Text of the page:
The link between physical conditions and mental health is poorly understood. Functional disability could explain the association of physical conditions with major depressive episode (MDE) as an intermediary factor.
Data was analyzed from a subsample (N=8,796) of the European Study of the Epidemiology of Mental Disorders (ESEMeD), a cross-sectional general population survey. MDE during the last 12 months was assessed using a revision of the Composite International Diagnostic Interview (CIDI 3.0). Lifetime chronic physical conditions were assessed by self-report. Functional disability was measured using a version of the World Health Organization Disability Assessment Schedule (WHODAS). The associations of physical conditions with MDE and explanation by functional disability were quantified using logistic regression.
All physical conditions were significantly associated with MDE. The increases in risk of MDE ranged from 30% for allergy to amply 100% for arthritis and heart disease. When adjusted for physical comorbidity, associations decreased and were no longer statistically significant for allergy and diabetes. Functional disability explained between 17 and 64% of these associations, most substantially for stomach or duodenum ulcer, arthritis and heart disease.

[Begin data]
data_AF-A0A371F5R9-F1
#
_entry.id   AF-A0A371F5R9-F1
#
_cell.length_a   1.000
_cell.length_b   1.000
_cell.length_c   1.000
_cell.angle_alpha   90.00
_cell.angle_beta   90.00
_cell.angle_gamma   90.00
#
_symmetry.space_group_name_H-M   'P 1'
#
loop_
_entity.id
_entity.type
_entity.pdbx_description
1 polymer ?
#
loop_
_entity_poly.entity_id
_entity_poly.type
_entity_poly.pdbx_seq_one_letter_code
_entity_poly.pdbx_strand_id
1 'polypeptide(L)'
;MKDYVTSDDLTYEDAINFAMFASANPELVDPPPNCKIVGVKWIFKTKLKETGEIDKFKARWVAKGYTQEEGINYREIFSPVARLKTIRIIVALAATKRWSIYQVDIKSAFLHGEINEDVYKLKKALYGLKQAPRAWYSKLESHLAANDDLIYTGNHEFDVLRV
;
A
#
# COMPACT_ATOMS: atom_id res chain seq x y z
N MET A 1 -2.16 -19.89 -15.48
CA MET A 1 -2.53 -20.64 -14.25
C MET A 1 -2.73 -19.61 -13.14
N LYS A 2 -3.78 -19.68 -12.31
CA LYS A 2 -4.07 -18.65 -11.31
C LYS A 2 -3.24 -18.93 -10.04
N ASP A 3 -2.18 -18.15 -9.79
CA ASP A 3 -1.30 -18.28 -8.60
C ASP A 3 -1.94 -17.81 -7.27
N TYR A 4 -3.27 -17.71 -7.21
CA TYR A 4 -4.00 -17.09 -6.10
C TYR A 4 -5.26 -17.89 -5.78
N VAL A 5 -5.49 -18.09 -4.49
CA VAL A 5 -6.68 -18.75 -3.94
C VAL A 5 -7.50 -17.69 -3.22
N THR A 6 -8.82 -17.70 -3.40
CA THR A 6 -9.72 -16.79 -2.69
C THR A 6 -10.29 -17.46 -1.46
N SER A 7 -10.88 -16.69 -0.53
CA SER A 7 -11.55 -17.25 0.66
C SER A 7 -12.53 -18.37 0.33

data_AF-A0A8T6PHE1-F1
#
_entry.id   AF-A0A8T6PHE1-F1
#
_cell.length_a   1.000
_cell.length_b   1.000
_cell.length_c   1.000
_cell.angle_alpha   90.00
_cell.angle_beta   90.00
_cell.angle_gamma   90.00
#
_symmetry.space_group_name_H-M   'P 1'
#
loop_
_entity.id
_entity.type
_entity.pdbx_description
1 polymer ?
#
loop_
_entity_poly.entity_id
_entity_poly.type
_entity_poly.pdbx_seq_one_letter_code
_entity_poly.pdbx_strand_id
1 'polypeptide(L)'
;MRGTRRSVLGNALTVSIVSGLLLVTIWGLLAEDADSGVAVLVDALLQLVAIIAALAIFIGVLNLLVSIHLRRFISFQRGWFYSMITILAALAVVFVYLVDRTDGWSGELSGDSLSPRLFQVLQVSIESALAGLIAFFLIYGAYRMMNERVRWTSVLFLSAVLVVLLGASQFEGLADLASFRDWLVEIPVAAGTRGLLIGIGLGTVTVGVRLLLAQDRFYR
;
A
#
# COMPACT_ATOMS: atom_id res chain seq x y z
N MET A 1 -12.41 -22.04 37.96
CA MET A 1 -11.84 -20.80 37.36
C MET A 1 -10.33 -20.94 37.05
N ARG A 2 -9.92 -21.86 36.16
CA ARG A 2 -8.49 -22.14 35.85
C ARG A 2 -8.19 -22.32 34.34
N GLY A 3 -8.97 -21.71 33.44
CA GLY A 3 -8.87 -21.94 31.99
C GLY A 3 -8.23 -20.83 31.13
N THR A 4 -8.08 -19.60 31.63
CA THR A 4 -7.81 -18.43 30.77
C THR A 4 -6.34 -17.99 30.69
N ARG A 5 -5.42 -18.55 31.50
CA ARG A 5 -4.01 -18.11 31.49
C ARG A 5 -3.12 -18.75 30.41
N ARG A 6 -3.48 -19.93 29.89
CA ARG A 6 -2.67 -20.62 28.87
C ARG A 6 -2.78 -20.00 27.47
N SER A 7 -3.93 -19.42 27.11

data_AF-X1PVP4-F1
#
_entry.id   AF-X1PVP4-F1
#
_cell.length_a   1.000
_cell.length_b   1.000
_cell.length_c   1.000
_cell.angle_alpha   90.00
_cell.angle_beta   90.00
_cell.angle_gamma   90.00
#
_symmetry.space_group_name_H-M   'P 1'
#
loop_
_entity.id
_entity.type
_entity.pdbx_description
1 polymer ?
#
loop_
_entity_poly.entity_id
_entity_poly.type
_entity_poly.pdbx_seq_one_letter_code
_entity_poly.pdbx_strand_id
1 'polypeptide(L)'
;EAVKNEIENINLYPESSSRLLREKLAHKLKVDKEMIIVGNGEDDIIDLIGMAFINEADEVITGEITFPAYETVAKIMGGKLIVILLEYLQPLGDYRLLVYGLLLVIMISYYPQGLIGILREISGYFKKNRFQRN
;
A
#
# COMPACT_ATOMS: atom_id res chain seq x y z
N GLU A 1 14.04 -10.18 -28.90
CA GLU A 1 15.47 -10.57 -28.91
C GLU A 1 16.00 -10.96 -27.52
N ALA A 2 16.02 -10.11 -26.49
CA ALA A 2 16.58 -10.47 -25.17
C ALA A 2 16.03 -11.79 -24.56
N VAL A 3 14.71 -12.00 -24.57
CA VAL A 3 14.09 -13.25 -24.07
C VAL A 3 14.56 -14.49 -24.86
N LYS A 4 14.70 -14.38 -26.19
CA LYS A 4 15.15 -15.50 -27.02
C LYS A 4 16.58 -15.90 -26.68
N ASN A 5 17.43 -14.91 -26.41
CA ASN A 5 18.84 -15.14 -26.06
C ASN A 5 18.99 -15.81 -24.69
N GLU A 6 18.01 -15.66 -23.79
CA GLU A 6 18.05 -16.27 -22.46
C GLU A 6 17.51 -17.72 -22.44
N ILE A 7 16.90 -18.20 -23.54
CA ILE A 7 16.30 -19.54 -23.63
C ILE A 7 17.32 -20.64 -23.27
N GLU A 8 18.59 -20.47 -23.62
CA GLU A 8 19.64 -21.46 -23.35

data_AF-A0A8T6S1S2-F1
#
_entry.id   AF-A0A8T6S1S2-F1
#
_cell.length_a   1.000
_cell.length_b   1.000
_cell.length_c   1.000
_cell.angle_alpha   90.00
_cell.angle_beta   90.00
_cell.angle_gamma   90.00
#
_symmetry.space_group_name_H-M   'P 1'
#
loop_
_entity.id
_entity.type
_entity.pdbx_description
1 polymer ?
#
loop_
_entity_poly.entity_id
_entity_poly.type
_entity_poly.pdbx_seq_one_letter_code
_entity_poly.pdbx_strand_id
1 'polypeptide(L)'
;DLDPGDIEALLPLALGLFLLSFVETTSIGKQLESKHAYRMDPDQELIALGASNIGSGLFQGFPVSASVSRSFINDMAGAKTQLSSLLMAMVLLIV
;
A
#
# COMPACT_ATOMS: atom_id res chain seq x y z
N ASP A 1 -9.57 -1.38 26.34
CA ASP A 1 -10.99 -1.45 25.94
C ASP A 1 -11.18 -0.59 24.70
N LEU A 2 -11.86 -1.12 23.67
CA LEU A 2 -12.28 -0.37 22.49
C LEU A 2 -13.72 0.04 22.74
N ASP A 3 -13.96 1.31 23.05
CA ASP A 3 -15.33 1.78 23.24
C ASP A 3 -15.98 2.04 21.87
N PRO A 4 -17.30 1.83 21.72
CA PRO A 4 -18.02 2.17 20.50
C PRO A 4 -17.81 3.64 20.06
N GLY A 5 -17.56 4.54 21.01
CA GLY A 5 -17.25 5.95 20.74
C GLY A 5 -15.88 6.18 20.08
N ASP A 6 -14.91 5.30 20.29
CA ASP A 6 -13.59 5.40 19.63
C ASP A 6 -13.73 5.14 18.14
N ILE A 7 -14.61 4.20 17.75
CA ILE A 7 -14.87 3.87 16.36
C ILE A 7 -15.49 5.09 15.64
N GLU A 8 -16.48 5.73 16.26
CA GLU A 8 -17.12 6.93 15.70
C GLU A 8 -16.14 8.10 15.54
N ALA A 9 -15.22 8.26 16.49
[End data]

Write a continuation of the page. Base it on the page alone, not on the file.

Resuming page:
Due to the cross-sectional nature of the study the temporal relationship of the variables could not be assessed and the amount of explanation can not simply be interpreted as the amount of mediation.
Our findings suggest that the association of chronic physical conditions with MDE is partly explained by functional disability. Such explanation is more pronounced for pain causing conditions and heart disease. Health professionals should be particularly aware of the increased risk of depressive disorder when patients experience disability from these conditions.
PMCID: PMC3659772  PMID: 19939461
Major depressive episode; chronic physical conditions; disability
19.  Parent psychopathology and offspring mental disorders: results from the WHO World Mental Health Surveys 
The British Journal of Psychiatry  2012;200(4):290-299.
Associations between specific parent and offspring mental disorders are likely to have been overestimated in studies that have failed to control for parent comorbidity.
To examine the associations of parent with respondent disorders.
Data come from the World Health Organization (WHO) World Mental Health Surveys (n = 51 507). Respondent disorders were assessed with the Composite International Diagnostic Interview and parent disorders with informant-based Family History Research Diagnostic Criteria interviews.